Although the majority of the game is focused on narrative and investigation, combat is still a consideration. Wandering the streets to get from objective to objective you'll find yourself bumping into hordes of violent undead creatures that need dealing with, as well as a mob of vampire hunters who prove a regular pain in your fangs. There are feral vampires (Skalls), too, along with other supernatural creatures with sharp claws and menacing fangs.
We soon found frustrations in the fighting. We'd clear an area of the map, only to go back through it later and find the same enemies had respawned and were lurking there ready for a fight again. There's no way to fast-travel across the map either, so you can't avoid this frustration.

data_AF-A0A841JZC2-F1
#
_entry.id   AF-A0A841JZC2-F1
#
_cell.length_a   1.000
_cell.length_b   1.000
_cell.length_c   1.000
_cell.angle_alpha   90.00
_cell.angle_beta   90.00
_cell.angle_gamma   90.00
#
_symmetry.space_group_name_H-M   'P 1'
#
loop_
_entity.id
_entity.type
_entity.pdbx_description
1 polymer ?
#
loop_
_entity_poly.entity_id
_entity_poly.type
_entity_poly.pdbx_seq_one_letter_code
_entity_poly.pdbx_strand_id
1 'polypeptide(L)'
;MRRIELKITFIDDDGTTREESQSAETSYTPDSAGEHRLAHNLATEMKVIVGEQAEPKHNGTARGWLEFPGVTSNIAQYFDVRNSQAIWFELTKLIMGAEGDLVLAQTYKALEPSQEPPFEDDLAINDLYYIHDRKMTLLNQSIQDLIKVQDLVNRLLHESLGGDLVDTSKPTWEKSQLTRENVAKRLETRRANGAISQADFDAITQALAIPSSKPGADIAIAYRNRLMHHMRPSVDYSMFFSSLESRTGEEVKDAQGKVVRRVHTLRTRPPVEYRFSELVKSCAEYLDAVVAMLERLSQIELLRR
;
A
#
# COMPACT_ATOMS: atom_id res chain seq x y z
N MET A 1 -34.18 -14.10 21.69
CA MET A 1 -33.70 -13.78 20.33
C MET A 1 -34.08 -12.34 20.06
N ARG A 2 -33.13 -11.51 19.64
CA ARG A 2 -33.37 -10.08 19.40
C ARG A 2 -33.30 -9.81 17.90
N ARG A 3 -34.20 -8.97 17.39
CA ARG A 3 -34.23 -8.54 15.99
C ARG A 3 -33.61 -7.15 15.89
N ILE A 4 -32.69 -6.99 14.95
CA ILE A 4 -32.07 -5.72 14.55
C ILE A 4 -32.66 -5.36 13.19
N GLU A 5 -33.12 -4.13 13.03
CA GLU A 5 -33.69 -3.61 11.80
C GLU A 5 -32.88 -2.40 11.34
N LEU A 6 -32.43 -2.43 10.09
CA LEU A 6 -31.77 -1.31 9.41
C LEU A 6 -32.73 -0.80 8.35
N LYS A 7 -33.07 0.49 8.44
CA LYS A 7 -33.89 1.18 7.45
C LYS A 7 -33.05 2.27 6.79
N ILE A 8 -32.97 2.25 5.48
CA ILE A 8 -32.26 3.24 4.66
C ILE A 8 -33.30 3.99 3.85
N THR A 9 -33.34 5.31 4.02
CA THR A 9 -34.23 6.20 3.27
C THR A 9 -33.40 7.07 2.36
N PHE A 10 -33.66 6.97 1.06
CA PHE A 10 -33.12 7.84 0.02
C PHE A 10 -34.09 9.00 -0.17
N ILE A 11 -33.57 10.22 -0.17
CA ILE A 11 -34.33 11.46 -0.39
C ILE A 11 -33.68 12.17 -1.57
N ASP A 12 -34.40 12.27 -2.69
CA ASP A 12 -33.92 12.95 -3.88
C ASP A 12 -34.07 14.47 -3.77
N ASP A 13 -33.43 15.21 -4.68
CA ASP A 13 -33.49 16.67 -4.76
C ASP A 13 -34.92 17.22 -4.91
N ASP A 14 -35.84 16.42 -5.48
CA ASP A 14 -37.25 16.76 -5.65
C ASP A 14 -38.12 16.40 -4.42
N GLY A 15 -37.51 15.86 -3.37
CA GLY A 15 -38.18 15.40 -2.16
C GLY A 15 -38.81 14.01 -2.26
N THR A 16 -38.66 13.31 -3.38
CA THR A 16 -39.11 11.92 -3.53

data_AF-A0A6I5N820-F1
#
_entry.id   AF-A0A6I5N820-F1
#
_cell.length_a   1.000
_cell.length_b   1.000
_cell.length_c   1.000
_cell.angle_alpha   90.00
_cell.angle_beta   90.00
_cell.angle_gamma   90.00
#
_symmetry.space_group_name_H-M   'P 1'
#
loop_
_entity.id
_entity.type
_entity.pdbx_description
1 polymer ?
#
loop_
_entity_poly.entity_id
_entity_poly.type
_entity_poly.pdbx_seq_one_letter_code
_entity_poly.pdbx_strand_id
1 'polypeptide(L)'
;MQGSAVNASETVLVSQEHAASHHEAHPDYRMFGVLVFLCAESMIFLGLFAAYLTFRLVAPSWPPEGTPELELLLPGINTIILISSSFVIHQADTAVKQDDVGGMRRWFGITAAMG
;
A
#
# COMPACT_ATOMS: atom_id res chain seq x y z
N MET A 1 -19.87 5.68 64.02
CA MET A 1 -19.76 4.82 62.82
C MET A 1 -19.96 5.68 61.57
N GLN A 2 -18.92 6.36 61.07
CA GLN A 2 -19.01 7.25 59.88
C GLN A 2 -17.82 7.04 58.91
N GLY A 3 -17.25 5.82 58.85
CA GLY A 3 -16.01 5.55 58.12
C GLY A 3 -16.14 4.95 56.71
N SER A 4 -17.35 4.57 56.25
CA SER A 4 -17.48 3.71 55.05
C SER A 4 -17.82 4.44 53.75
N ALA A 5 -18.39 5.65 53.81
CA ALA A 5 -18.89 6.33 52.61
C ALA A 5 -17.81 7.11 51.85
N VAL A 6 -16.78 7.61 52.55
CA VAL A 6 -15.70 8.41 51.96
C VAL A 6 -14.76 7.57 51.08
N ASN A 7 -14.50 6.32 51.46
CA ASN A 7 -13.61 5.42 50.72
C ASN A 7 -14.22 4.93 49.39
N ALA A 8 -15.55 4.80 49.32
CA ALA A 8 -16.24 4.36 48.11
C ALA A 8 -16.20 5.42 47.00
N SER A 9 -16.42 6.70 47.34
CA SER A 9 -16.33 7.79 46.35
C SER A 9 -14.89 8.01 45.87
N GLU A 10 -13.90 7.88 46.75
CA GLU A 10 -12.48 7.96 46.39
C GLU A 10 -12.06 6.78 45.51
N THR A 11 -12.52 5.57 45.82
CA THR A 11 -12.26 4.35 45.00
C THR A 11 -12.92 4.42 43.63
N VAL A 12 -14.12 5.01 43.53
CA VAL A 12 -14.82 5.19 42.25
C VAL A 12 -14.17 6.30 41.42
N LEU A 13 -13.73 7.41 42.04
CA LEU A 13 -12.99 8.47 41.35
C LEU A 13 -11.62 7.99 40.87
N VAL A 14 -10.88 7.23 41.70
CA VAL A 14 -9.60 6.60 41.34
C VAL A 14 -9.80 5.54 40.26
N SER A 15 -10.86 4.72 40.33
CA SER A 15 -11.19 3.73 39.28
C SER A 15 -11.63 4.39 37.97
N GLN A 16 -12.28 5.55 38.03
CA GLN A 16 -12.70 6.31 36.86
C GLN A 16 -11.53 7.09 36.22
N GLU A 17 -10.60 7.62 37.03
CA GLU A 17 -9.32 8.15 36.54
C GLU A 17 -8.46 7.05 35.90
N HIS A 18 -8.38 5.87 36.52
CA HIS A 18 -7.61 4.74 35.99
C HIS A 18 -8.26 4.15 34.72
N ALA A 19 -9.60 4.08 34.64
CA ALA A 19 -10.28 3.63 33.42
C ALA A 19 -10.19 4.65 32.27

This has its ups and downs: killing vampire hunters and hostile vampires gives you a little extra in terms of experience points, but it's also a hassle if you're just trying to move about the map frequently. It closes it off from being a true open-world game in a retro-tinged kind of way.
For perspective sakes, felling an enemy gets you around 5XP, while draining even basic citizen's blood can get 400XP and upwards. Considering the initial abilities require 300XP and the more advanced cost thousands, you can see you need to embrace the vampire side if you want to become a powerful creature.
The combat system is a bit clunky and frustrating at times too. You need to manually lock on to a target before being able to easily fight them without the camera flitting all over the place in the middle of a fight. Even manually locking on isn't intuitive, as we found it sometimes locked onto enemies that were further away rather than immediate threats.
Enemies you do encounter are generally found in groups. They will all pummel, shoot and attack you at the same time, but are incredibly gentlemanly and are always happy to stand back and leave you in peace while you suck on a friend's blood. Incredibly sporting of them, but not terribly believable.